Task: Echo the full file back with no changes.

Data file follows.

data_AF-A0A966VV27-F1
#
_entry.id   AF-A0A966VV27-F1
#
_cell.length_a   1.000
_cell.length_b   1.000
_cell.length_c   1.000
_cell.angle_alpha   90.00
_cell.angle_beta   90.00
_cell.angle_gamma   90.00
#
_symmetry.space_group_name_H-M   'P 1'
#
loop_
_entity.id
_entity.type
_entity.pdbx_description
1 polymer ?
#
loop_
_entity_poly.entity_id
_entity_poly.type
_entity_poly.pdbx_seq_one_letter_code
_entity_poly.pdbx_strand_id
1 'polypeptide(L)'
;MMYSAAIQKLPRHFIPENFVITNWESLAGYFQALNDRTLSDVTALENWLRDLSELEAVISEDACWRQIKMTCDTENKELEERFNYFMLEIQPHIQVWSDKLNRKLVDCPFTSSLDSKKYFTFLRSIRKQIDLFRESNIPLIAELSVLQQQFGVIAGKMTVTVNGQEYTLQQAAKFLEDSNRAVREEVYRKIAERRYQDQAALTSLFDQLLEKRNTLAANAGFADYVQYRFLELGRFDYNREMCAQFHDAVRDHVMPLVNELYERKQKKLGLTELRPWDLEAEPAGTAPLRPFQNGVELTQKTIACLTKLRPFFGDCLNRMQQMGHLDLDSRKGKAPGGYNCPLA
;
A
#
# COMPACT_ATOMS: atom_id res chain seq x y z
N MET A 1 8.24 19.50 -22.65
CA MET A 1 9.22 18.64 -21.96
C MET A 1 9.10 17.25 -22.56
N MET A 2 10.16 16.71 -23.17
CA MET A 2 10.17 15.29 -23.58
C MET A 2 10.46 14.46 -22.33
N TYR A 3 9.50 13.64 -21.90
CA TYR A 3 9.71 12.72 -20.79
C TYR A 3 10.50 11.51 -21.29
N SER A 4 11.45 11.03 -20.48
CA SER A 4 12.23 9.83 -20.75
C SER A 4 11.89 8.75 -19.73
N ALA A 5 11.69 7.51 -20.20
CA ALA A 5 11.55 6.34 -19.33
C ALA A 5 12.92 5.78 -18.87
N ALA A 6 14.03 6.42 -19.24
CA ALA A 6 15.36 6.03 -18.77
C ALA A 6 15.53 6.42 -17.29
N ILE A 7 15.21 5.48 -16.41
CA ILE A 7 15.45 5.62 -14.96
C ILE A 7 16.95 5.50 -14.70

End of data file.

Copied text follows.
data_AF-A0A966VV27-F1
#
_entry.id   AF-A0A966VV27-F1
#
_cell.length_a   1.000
_cell.length_b   1.000
_cell.length_c   1.000
_cell.angle_alpha   90.00
_cell.angle_beta   90.00
_cell.angle_gamma   90.00
#
_symmetry.space_group_name_H-M   'P 1'
#
loop_
_entity.id
_entity.type
_entity.pdbx_description
1 polymer ?
#
loop_
_entity_poly.entity_id
_entity_poly.type
_entity_poly.pdbx_seq_one_letter_code
_entity_poly.pdbx_strand_id
1 'polypeptide(L)'
;MMYSAAIQKLPRHFIPENFVITNWESLAGYFQALNDRTLSDVTALENWLRDLSELEAVISEDACWRQIKMTCDTENKELEERFNYFMLEIQPHIQVWSDKLNRKLVDCPFTSSLDSKKYFTFLRSIRKQIDLFRESNIPLIAELSVLQQQFGVIAGKMTVTVNGQEYTLQQAAKFLEDSNRAVREEVYRKIAERRYQDQAALTSLFDQLLEKRNTLAANAGFADYVQYRFLELGRFDYNREMCAQFHDAVRDHVMPLVNELYERKQKKLGLTELRPWDLEAEPAGTAPLRPFQNGVELTQKTIACLTKLRPFFGDCLNRMQQMGHLDLDSRKGKAPGGYNCPLA
;
A
#
# COMPACT_ATOMS: atom_id res chain seq x y z
N MET A 1 8.24 19.50 -22.65
CA MET A 1 9.22 18.64 -21.96
C MET A 1 9.10 17.25 -22.56
N MET A 2 10.16 16.71 -23.17
CA MET A 2 10.17 15.29 -23.58
C MET A 2 10.46 14.46 -22.33
N TYR A 3 9.50 13.64 -21.90
CA TYR A 3 9.71 12.72 -20.79
C TYR A 3 10.50 11.51 -21.29
N SER A 4 11.45 11.03 -20.48
CA SER A 4 12.23 9.83 -20.75
C SER A 4 11.89 8.75 -19.73
N ALA A 5 11.69 7.51 -20.20
CA ALA A 5 11.55 6.34 -19.33
C ALA A 5 12.92 5.78 -18.87
N ALA A 6 14.03 6.42 -19.24
CA ALA A 6 15.36 6.03 -18.77
C ALA A 6 15.53 6.42 -17.29
N ILE A 7 15.21 5.48 -16.41
CA ILE A 7 15.45 5.62 -14.96
C ILE A 7 16.95 5.50 -14.70